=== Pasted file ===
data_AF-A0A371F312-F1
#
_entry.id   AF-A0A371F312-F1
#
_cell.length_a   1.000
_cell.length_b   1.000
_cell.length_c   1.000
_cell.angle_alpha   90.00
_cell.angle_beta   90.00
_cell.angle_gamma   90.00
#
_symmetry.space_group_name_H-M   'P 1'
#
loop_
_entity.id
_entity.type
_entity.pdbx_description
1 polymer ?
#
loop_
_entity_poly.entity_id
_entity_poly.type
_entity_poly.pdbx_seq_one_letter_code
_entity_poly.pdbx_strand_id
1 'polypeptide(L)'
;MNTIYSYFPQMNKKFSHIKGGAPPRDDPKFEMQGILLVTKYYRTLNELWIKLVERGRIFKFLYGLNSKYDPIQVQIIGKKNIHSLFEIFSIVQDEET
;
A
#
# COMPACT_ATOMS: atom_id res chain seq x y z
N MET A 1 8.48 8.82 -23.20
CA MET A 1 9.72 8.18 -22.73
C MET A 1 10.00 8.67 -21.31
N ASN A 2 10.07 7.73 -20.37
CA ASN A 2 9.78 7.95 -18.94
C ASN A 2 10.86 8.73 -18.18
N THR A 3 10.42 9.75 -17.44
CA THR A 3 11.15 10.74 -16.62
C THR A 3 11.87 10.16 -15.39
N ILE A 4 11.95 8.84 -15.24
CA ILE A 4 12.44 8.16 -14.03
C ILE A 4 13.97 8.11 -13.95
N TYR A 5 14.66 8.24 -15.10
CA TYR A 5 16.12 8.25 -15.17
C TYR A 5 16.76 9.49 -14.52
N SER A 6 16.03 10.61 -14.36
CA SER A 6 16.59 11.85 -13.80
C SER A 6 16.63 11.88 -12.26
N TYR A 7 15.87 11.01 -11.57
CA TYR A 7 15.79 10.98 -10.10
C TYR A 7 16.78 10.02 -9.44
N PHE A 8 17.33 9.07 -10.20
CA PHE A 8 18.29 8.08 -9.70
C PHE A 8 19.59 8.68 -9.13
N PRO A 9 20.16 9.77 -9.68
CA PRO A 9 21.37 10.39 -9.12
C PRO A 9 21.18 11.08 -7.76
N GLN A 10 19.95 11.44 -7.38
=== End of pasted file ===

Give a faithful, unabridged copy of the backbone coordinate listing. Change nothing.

data_AF-A0A371F312-F1
#
_entry.id   AF-A0A371F312-F1
#
_cell.length_a   1.000
_cell.length_b   1.000
_cell.length_c   1.000
_cell.angle_alpha   90.00
_cell.angle_beta   90.00
_cell.angle_gamma   90.00
#
_symmetry.space_group_name_H-M   'P 1'
#
loop_
_entity.id
_entity.type
_entity.pdbx_description
1 polymer ?
#
loop_
_entity_poly.entity_id
_entity_poly.type
_entity_poly.pdbx_seq_one_letter_code
_entity_poly.pdbx_strand_id
1 'polypeptide(L)'
;MNTIYSYFPQMNKKFSHIKGGAPPRDDPKFEMQGILLVTKYYRTLNELWIKLVERGRIFKFLYGLNSKYDPIQVQIIGKKNIHSLFEIFSIVQDEET
;
A
#
# COMPACT_ATOMS: atom_id res chain seq x y z
N MET A 1 8.48 8.82 -23.20
CA MET A 1 9.72 8.18 -22.73
C MET A 1 10.00 8.67 -21.31
N ASN A 2 10.07 7.73 -20.37
CA ASN A 2 9.78 7.95 -18.94
C ASN A 2 10.86 8.73 -18.18
N THR A 3 10.42 9.75 -17.44
CA THR A 3 11.15 10.74 -16.62
C THR A 3 11.87 10.16 -15.39
N ILE A 4 11.95 8.84 -15.24
CA ILE A 4 12.44 8.16 -14.03
C ILE A 4 13.97 8.11 -13.95
N TYR A 5 14.66 8.24 -15.10
CA TYR A 5 16.12 8.25 -15.17
C TYR A 5 16.76 9.49 -14.52
N SER A 6 16.03 10.61 -14.36
CA SER A 6 16.59 11.85 -13.80
C SER A 6 16.63 11.88 -12.26
N TYR A 7 15.87 11.01 -11.57
CA TYR A 7 15.79 10.98 -10.10
C TYR A 7 16.78 10.02 -9.44
N PHE A 8 17.33 9.07 -10.20
CA PHE A 8 18.29 8.08 -9.70
C PHE A 8 19.59 8.68 -9.13
N PRO A 9 20.16 9.77 -9.68
CA PRO A 9 21.37 10.39 -9.12
C PRO A 9 21.18 11.08 -7.76
N GLN A 10 19.95 11.44 -7.38